On Sunday, June 5, 2016, Church of the Redeemer in Kenmore, Washington, welcomes you to learn more about the teaching and music of St. Hildegard of Bingen. She was a 12th century abbess, writer, composer, and mystic. Linda Strandberg, Seattle area expert on the life and music of Hildegard, will join us.
For adult education on Sunday, June 5, at 9:30 am, Linda Strandberg presents Hildegard as a Renaissance Woman in Medieval Times: teacher, leader, visionary, healer, feminist, theologian, composer, artist, and herbalist. We’ll discuss elements of her remarkable qualities, especially many of those which seem especially relevant at this time: expressions and observations of ‘visionary beauty and intellectual power.’
During Evening Vespers at 7:00 pm, Strandberg directs the women of the Church of the Redeemer Choir in the music of Hildegard of Bingen. Evening Vespers is a service of readings, music, and silence to help us hear God.
Church of the Redeemer is at 6210 181st Street in Kenmore, Washington.
Hildegard of Bingen
Hildegard of Bingen (1098—1179) was a German Benedictine abbess, writer, composer, philosopher, Christian mystic, scientist, and visionary.
One of Hildegard’s works as a composer, the Ordo Virtutum, is an early example of liturgical drama. Hildegard wrote theological, botanical, and medicinal texts. There are also letters, liturgical songs, and poems that she wrote. While writing the Rupertsberg manuscript of her first work, Scivias, Hildegard supervised miniature illuminations for the book. She invented a constructed language, known as Lingua Ignota.
On October 7, 2012, Pope Benedict XVI named Hildegard a Doctor (teacher) of the Church. The Roman Catholic Church has only named 35 people a Doctor of the Church. Of those 35, only four are women.
Hildegard is remembered on September 17 in Lesser Feasts and Fasts 2006 of the Episcopal Church.
God of all times and seasons: Give us grace that we, after the example of your servant Hildegard, may both know and make known the joy and jubilation of being part of your creation, and show forth your glory not only with our lips but in our lives; through Jesus Christ our Savior, who lives and reigns with you and the Holy Spirit, one God, for ever and ever. Amen.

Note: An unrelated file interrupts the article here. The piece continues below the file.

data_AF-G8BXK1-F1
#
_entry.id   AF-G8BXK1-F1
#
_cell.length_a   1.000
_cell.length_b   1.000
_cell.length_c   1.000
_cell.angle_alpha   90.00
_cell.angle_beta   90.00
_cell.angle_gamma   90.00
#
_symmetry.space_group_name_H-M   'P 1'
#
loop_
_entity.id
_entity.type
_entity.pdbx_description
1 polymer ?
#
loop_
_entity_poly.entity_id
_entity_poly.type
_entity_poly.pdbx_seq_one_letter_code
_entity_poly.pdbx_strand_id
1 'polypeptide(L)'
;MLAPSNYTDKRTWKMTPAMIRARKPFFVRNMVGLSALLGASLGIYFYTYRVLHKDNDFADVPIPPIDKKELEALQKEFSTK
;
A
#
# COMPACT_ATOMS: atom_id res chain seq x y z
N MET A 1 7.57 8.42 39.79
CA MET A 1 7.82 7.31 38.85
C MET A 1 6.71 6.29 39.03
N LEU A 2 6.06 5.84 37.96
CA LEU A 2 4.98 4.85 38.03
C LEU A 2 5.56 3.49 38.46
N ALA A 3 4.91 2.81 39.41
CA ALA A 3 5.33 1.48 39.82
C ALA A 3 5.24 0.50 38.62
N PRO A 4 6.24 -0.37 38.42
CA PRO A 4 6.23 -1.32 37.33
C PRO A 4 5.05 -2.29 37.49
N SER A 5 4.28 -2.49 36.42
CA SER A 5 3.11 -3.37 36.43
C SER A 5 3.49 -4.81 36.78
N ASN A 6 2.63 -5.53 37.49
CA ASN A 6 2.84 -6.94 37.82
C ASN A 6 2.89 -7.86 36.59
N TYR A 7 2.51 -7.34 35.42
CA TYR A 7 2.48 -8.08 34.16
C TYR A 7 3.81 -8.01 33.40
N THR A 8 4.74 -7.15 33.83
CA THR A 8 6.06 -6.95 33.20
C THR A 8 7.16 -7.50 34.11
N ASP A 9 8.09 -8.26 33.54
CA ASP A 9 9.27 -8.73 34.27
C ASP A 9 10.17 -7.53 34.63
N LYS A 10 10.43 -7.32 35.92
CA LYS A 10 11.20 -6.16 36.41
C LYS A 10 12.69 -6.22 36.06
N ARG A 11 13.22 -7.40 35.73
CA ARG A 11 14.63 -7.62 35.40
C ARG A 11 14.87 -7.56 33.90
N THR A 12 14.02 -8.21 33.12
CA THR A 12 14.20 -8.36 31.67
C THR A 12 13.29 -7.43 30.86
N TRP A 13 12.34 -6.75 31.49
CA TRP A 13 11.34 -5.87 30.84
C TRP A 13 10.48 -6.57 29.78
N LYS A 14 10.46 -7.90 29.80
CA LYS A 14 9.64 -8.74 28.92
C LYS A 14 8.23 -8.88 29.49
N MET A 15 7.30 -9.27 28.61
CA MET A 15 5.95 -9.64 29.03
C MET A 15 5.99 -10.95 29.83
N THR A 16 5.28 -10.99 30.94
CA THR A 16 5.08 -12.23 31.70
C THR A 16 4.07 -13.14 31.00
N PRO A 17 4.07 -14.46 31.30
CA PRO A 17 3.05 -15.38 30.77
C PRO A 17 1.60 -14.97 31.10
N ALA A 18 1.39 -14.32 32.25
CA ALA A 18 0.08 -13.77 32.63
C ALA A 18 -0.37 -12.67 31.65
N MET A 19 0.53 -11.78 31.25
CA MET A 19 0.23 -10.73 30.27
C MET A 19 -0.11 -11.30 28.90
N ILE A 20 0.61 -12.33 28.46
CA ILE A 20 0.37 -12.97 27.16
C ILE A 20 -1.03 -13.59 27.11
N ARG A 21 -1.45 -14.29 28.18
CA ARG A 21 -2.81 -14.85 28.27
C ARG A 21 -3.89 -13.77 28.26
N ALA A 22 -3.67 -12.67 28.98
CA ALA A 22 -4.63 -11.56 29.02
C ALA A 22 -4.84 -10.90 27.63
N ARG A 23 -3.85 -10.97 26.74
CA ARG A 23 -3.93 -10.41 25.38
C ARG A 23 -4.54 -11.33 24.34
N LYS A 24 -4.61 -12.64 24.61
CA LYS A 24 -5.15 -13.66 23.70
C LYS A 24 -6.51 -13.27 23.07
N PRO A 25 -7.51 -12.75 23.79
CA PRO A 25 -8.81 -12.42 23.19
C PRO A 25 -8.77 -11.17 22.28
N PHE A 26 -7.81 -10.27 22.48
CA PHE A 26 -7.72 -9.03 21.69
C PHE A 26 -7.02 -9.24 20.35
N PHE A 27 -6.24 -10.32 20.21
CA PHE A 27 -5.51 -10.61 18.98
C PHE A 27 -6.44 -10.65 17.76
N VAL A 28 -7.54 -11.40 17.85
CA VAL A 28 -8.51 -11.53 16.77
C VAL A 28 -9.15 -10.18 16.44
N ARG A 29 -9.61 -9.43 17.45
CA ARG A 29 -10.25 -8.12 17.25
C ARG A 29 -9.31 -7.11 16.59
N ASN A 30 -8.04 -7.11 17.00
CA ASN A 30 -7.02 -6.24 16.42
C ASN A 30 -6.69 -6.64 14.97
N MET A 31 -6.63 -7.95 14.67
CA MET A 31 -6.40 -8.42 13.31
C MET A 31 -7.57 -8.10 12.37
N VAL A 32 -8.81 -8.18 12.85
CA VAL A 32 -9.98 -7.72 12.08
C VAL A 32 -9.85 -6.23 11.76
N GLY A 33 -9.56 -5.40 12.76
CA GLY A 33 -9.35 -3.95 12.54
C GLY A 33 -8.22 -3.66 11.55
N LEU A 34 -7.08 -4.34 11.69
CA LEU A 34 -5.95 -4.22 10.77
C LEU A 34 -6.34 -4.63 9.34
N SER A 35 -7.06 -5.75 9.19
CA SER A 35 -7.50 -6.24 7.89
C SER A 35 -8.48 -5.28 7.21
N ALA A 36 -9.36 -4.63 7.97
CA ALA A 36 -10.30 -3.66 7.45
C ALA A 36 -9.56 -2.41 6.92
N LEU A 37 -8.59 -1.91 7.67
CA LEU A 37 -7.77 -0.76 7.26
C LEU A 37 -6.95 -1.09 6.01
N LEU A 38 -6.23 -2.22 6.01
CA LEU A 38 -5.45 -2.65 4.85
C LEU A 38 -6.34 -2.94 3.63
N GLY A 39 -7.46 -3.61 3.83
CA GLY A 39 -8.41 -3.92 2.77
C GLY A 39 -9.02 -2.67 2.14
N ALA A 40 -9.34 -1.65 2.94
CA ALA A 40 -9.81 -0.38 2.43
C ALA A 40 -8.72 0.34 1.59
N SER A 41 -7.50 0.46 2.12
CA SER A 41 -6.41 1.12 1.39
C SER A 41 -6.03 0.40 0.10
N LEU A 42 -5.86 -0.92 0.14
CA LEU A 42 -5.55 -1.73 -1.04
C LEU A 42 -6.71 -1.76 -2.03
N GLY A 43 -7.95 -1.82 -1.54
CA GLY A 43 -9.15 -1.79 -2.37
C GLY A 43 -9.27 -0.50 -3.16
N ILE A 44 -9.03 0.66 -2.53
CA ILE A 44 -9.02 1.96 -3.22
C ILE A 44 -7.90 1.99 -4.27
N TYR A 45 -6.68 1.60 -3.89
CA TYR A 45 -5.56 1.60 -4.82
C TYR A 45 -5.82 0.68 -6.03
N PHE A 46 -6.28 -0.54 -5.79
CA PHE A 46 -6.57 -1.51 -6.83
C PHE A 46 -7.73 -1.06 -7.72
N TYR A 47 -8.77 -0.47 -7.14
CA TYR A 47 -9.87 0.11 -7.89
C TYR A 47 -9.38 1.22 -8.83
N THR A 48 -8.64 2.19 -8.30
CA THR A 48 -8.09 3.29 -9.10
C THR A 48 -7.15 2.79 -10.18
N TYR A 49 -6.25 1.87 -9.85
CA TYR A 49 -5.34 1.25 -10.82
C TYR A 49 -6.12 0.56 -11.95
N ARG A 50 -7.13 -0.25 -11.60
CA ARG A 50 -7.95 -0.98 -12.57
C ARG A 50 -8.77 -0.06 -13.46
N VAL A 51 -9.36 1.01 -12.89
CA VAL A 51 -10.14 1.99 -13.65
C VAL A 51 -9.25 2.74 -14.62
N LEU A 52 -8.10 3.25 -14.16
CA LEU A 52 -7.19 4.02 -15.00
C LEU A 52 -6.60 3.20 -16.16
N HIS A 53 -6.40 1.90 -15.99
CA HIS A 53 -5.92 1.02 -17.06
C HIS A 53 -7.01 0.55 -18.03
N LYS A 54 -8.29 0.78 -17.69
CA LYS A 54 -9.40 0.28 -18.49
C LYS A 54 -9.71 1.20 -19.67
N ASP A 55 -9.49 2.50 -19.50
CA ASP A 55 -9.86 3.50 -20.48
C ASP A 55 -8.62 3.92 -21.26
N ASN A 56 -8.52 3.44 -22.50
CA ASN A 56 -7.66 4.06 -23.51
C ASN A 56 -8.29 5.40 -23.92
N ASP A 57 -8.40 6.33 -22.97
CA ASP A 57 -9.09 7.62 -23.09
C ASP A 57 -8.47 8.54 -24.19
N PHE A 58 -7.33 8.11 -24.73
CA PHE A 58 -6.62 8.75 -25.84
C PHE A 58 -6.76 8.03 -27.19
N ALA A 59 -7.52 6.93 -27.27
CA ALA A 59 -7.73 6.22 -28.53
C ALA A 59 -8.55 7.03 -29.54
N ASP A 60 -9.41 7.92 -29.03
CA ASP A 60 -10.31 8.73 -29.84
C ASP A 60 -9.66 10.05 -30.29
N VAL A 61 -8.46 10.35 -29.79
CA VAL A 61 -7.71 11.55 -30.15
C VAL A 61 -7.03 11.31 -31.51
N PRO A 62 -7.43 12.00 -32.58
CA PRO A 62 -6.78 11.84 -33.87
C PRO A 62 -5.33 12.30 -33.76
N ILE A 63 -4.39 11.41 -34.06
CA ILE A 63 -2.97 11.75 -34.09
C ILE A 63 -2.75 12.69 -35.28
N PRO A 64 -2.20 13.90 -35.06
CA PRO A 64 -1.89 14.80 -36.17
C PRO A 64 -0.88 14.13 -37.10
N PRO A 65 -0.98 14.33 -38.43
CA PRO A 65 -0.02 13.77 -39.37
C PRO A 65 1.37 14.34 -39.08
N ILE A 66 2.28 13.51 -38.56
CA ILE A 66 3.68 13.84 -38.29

Linda Strandberg is a soprano of varied musical interests. She feels fortunate to have been able to explore vocal music from medieval through contemporary times.
She worked extensively with Margriet Tindemans, performing medieval and baroque repertoire. This includes numerous recitals of the music of Hildegard of Bingen. She had been a frequent soloist with the Medieval Women’s Choir under the direction of Tindemans. Strandberg continues to solo with the Medieval Women’s Choir under the direction of Eric Mentzel.
In the Seattle area, Strandberg was a founding member of Choral Arts, were she sang for 15 years under the direction of Richard Sparks. For 20 years, she sang with the Tudor Choir. Presently, Strandberg sings with the Byrd Ensemble.
She studied Art Song at the Academy of Singing in Banff with Herta Glaz, Later Glaz awarded Strandberg a graduate tuition scholarship at University of Southern California.
Strandberg’s undergraduate honors thesis work focused on Renaissance song. She studied French Baroque music at the Aston Magna Institute.
On the West Coast, Strandberg has performed the contemporary works of Trimpin with Rinde Eckert. This has been at the On the Boards series in Seattle and as a part of the Stanford Live arts series in the San Francisco Bay Area.
On the East Coast, Strandberg has toured with the Fisher Ensemble, singing several leading roles.
Strandberg’s interest in Hildegard’s music is deepened by a resonance with Hildegard’s focus on the spiritual qualities of nature and natural science, medicine, and art.
Church of the Redeemer
Community life at Redeemer centers on worship in the Episcopal tradition. Art and music vitally deepen this worship. Our faith expresses itself with service to people, locally to internationally.span>
Church of the Redeemer is at 6210 181st Street in Kenmore, Washington. We are a short distance north of Bothell Way, near the Burke-Gilman Trail. The entrance looks like a gravel driveway. The campus is larger on the inside than it is on the outside.
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